I am watching Andy Townsend and a heavily frowning Tony Adams discussing football tactics ahead of the Arsenal v Liverpool match on South Africa's Super Sport. The last time I saw Townsend was in the press & media centre at Lvov Stadium in Ukraine during last summer's Euros. I remember he was unshaven, wearing what appeared to be a military flak jacket, and looked like he hadn't slept for a month. Such was the paranoia in the lead up to Ukraine 2012 perhaps.
Anyway, I am name dropping Townsend because my memory of spotting him last summer makes this moment all the more silly: I am sat in the pitch dark in an insanely humid corrugated hut with around one hundred African lads watching tonight's matches between Arsenal and Liverpool, and El Classico between Real Madrid and Barcelona. Some of the boys go mental as Suarez puts the Reds in front. We are seated on approximately 20 wooden benches, each of which is named either after a football club or player. Tonight I find myself sweating for England on the 'Malaga' bench, busily swatting mosquitos and planning an escape route back to the house at half time. Oh my word! Surely that isn't the famous Jordan Henderson who has just put Liverpool 2-0 up?! Again, I find my mind racing back to the tomfoolery of the 'euwos'. Tonight, here in Makeni, that feels like a lifetime ago and a completely different planet from the one I currently inhabit.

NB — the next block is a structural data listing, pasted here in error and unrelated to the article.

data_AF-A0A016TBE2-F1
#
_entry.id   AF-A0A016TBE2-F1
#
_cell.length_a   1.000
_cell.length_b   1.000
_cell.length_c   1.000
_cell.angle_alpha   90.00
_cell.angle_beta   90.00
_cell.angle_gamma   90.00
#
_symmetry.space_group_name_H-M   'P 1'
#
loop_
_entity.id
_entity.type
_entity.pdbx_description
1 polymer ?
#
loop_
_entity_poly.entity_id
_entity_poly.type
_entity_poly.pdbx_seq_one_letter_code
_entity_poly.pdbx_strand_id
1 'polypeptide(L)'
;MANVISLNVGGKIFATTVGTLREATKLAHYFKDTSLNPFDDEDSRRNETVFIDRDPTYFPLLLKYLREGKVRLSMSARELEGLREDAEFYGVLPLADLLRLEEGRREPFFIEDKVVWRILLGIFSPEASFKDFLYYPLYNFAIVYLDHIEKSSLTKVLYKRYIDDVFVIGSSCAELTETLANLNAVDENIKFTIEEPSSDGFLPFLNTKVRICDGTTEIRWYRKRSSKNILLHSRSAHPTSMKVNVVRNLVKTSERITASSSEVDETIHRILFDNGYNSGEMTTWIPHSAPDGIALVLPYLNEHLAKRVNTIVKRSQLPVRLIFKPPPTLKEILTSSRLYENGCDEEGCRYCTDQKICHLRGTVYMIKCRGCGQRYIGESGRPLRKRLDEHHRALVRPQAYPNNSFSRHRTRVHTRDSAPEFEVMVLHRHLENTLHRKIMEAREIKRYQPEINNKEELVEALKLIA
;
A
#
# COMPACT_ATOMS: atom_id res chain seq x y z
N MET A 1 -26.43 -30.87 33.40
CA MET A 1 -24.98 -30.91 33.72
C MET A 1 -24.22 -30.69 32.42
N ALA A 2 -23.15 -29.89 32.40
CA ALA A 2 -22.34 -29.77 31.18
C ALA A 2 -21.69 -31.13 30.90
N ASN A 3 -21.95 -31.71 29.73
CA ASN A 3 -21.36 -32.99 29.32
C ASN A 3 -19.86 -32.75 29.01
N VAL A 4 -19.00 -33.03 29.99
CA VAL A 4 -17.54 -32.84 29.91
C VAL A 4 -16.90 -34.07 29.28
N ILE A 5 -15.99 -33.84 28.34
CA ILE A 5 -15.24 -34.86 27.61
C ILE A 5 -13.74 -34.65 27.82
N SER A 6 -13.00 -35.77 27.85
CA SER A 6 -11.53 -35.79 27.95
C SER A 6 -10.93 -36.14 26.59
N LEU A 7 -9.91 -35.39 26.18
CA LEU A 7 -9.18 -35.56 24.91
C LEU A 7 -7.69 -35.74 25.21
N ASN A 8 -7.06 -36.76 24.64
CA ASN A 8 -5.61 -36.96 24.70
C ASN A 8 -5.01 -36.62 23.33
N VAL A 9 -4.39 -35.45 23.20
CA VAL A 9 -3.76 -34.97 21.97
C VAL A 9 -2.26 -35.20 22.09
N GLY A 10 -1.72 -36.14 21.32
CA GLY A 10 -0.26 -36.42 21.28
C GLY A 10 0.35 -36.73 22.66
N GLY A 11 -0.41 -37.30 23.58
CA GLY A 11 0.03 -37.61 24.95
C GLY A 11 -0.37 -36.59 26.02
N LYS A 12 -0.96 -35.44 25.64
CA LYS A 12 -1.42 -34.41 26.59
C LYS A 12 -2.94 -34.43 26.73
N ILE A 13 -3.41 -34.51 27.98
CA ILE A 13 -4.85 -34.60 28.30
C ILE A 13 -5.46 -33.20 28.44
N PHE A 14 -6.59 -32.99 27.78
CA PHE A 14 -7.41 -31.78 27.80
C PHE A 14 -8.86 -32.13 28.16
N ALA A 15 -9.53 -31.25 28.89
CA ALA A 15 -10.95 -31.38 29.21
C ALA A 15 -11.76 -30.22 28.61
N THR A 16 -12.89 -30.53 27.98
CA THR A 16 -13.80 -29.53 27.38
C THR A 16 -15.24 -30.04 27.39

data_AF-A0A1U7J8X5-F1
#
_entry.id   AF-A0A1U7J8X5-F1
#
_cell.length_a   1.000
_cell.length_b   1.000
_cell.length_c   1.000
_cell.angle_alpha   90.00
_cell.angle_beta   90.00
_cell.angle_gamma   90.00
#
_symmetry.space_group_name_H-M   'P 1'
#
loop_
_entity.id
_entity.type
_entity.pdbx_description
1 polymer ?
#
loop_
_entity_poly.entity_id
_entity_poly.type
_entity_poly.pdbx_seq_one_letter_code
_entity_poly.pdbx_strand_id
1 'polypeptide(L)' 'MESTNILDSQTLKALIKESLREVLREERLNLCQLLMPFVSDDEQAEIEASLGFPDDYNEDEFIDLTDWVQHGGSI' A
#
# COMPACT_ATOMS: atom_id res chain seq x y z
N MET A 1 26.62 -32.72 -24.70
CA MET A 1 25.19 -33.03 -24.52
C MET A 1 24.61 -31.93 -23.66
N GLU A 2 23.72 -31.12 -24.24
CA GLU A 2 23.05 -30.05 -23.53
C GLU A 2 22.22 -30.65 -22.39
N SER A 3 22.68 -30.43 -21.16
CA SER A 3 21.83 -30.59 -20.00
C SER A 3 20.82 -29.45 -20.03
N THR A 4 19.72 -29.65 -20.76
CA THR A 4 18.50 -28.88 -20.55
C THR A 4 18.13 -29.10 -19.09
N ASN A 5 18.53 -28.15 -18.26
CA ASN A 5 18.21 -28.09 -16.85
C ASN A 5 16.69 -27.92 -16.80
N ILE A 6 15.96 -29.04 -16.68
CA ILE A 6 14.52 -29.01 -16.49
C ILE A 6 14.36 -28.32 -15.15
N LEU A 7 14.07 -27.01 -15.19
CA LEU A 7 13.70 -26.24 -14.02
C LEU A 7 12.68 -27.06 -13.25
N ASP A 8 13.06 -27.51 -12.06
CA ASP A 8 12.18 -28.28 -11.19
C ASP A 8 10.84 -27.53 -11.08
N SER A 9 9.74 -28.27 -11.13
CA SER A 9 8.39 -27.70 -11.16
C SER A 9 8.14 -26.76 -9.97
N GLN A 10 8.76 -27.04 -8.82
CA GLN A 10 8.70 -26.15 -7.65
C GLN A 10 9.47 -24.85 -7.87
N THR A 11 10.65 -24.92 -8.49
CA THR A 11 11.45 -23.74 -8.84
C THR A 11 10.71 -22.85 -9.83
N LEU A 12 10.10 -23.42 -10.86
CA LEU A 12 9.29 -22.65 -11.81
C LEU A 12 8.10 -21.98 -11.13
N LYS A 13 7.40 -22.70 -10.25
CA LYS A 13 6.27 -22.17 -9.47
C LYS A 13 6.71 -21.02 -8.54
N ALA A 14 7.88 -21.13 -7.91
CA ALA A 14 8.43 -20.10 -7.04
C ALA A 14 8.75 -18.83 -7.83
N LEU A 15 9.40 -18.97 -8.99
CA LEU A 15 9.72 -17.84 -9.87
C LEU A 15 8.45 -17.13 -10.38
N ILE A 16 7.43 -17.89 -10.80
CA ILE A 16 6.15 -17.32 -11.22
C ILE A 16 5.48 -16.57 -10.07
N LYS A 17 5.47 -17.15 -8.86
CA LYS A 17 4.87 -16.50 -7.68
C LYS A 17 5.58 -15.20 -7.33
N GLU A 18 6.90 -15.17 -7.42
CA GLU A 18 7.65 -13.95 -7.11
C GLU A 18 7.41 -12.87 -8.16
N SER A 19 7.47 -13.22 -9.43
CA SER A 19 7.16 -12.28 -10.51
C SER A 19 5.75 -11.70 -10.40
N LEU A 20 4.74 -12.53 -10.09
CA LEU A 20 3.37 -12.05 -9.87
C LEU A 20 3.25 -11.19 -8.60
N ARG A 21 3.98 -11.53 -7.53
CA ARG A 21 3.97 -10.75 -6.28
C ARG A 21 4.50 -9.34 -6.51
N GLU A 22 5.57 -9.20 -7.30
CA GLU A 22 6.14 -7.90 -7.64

I slide my way outside. It is pitch dark aside from the headlights of motorbike riders, lone figures walking past with torches and the occasional candle lighting up a doorway. The stars above look magnificent. Alasand's brother is kindly going to accompany me back to the house because I don't have a decent torch with me plus I am still not willing to walk home alone in the pitch dark. Yes, it feels perfectly safe here but it isn't something I'd do at home, let alone as the only white man in the suburb. It only takes one nutter.
I have managed to make the small radio I brought with me to work. I listen to one local news programme about making the roads in Sierra Leone safer i.e. insurance, helmets, driving tests etc. It is quite amusing listening to Krio. It is like you are listening to English and then it suddenly goes off at a tangent into archaic English and street slang and the conversation is part 2013; part 1813.
"And just before the news, here are your current regional temperatures: Makeni, thirty six degrees. The humidity has dropped a little to ninety two percent."
Good God. No wonder I am dehydrated.